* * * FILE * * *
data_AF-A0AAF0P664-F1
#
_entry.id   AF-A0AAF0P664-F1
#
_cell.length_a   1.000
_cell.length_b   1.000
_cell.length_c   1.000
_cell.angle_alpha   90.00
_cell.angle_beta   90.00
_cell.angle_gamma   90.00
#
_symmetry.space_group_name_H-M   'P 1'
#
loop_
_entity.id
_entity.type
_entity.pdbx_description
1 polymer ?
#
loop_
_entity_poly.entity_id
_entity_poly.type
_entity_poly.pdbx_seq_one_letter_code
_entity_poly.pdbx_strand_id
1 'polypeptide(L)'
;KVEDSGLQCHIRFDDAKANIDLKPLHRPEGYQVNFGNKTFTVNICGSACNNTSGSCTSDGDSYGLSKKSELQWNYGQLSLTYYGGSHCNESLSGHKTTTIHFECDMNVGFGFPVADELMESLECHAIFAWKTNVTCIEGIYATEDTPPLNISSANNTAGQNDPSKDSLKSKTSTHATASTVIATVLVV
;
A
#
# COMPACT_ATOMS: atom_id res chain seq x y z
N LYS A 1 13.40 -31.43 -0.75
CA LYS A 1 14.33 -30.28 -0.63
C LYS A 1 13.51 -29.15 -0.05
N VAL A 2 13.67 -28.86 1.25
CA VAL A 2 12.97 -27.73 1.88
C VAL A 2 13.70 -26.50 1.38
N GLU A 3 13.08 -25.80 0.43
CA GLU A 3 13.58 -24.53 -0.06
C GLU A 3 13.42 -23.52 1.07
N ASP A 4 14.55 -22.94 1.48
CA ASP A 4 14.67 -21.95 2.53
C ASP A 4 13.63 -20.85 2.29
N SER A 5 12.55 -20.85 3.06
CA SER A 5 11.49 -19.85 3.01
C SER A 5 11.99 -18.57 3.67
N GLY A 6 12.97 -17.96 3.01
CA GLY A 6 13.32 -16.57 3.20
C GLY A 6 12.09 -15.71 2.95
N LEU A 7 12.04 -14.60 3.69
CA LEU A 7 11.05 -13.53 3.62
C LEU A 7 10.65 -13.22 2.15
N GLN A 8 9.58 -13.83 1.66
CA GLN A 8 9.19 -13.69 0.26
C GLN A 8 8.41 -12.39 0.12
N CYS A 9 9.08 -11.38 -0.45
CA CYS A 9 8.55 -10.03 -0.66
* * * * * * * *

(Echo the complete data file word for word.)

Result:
data_AF-A0AAF0P664-F1
#
_entry.id   AF-A0AAF0P664-F1
#
_cell.length_a   1.000
_cell.length_b   1.000
_cell.length_c   1.000
_cell.angle_alpha   90.00
_cell.angle_beta   90.00
_cell.angle_gamma   90.00
#
_symmetry.space_group_name_H-M   'P 1'
#
loop_
_entity.id
_entity.type
_entity.pdbx_description
1 polymer ?
#
loop_
_entity_poly.entity_id
_entity_poly.type
_entity_poly.pdbx_seq_one_letter_code
_entity_poly.pdbx_strand_id
1 'polypeptide(L)'
;KVEDSGLQCHIRFDDAKANIDLKPLHRPEGYQVNFGNKTFTVNICGSACNNTSGSCTSDGDSYGLSKKSELQWNYGQLSLTYYGGSHCNESLSGHKTTTIHFECDMNVGFGFPVADELMESLECHAIFAWKTNVTCIEGIYATEDTPPLNISSANNTAGQNDPSKDSLKSKTSTHATASTVIATVLVV
;
A
#
# COMPACT_ATOMS: atom_id res chain seq x y z
N LYS A 1 13.40 -31.43 -0.75
CA LYS A 1 14.33 -30.28 -0.63
C LYS A 1 13.51 -29.15 -0.05
N VAL A 2 13.67 -28.86 1.25
CA VAL A 2 12.97 -27.73 1.88
C VAL A 2 13.70 -26.50 1.38
N GLU A 3 13.08 -25.80 0.43
CA GLU A 3 13.58 -24.53 -0.06
C GLU A 3 13.42 -23.52 1.07
N ASP A 4 14.55 -22.94 1.48
CA ASP A 4 14.67 -21.95 2.53
C ASP A 4 13.63 -20.85 2.29
N SER A 5 12.55 -20.85 3.06
CA SER A 5 11.49 -19.85 3.01
C SER A 5 11.99 -18.57 3.67
N GLY A 6 12.97 -17.96 3.01
CA GLY A 6 13.32 -16.57 3.20
C GLY A 6 12.09 -15.71 2.95
N LEU A 7 12.04 -14.60 3.69
CA LEU A 7 11.05 -13.53 3.62
C LEU A 7 10.65 -13.22 2.15
N GLN A 8 9.58 -13.83 1.66
CA GLN A 8 9.19 -13.69 0.26
C GLN A 8 8.41 -12.39 0.12
N CYS A 9 9.08 -11.38 -0.45
CA CYS A 9 8.55 -10.03 -0.66